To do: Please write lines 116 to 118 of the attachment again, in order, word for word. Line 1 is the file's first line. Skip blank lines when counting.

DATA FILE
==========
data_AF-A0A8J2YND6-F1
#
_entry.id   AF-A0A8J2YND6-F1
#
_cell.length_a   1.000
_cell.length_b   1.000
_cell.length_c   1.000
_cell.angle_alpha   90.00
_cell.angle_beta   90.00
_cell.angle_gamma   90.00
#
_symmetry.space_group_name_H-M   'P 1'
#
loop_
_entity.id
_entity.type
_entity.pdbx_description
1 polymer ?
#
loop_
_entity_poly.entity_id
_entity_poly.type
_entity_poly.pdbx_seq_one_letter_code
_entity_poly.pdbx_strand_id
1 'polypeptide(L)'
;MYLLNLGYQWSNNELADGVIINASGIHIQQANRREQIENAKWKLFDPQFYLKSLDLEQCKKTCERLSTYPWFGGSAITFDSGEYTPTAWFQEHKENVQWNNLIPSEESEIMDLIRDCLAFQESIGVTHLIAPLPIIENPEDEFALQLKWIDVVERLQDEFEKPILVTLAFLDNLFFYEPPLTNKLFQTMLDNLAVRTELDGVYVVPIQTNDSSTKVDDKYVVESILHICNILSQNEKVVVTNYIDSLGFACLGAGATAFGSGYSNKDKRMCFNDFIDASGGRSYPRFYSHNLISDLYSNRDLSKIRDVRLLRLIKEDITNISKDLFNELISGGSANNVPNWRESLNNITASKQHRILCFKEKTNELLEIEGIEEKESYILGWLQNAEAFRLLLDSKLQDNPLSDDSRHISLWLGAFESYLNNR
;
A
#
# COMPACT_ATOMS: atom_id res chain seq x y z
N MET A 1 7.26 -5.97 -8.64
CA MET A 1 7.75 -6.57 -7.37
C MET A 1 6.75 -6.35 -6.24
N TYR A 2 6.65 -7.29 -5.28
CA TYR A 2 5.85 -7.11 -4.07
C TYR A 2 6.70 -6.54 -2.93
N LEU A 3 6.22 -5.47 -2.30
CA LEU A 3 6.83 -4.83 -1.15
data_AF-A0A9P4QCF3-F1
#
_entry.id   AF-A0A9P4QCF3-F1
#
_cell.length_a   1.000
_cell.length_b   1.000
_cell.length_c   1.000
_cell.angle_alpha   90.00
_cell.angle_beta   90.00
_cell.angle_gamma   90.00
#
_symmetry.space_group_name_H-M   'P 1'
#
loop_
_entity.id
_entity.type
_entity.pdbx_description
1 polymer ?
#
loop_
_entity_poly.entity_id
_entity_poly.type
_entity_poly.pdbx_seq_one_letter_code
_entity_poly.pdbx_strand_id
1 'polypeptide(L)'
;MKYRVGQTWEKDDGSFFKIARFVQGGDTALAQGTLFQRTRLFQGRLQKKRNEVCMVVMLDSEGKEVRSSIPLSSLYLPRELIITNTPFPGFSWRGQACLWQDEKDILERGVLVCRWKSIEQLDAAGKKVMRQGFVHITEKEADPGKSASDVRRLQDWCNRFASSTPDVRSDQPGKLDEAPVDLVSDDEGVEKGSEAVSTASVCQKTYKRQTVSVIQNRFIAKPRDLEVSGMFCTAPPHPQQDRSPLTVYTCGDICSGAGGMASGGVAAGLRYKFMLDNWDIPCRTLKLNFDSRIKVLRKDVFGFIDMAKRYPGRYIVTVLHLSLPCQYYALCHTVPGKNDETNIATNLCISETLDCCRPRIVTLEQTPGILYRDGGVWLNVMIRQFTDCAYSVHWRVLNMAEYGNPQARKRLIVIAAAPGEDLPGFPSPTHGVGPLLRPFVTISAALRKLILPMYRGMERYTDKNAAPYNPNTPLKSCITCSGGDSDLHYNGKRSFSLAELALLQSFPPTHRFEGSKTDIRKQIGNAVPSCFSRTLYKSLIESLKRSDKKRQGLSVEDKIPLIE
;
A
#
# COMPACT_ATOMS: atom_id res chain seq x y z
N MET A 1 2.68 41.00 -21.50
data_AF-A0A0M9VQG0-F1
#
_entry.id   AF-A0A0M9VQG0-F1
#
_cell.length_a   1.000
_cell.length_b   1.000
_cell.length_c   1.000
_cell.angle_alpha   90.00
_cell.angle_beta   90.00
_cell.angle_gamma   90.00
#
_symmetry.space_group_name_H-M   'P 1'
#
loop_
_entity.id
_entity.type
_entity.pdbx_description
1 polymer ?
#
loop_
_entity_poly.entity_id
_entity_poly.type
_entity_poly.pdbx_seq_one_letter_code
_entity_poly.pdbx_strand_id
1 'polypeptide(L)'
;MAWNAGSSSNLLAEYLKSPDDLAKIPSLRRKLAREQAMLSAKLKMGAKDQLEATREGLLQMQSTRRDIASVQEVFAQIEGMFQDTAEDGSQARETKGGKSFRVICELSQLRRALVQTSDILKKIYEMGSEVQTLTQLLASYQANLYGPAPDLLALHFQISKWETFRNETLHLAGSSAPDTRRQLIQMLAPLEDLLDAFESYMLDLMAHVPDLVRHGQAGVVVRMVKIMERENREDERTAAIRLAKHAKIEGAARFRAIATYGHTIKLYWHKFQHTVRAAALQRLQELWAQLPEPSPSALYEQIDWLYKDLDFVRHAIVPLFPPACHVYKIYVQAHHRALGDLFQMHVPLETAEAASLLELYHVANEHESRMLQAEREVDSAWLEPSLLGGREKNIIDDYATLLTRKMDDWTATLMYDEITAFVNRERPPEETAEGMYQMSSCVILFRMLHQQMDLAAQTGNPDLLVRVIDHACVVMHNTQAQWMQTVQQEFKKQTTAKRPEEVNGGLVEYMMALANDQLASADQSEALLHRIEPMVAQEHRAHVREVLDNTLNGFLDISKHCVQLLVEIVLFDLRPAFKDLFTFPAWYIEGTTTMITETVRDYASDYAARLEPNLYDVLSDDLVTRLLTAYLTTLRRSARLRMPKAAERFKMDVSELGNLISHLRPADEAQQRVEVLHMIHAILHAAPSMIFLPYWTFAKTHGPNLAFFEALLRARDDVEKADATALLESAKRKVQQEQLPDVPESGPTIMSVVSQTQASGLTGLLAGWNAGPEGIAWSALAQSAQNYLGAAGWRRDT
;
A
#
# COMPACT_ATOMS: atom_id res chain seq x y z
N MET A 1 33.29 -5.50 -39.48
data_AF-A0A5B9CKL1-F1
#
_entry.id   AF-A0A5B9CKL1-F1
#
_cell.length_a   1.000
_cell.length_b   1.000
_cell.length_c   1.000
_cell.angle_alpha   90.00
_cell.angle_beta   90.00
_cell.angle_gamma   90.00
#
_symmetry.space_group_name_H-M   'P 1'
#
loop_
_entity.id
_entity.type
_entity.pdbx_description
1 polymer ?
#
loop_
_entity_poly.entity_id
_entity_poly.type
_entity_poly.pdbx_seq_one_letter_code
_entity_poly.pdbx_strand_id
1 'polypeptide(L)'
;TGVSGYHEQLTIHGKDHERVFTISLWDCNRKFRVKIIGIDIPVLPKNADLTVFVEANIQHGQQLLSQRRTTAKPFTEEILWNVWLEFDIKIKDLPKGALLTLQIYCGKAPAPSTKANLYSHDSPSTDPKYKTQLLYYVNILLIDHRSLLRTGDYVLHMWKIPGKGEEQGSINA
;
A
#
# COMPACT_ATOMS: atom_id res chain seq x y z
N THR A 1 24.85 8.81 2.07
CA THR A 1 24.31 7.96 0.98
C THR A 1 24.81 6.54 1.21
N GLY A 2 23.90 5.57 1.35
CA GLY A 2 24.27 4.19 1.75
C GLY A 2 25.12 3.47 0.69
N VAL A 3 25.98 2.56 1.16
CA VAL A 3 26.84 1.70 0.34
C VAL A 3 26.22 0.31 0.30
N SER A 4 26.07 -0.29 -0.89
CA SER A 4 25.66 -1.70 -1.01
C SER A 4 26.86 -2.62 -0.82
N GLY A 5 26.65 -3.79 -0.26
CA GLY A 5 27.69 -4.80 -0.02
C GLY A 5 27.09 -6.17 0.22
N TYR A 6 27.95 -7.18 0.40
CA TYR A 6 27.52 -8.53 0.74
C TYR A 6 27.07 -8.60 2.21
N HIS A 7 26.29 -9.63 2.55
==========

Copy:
_entity.type
_entity.pdbx_description
1 polymer ?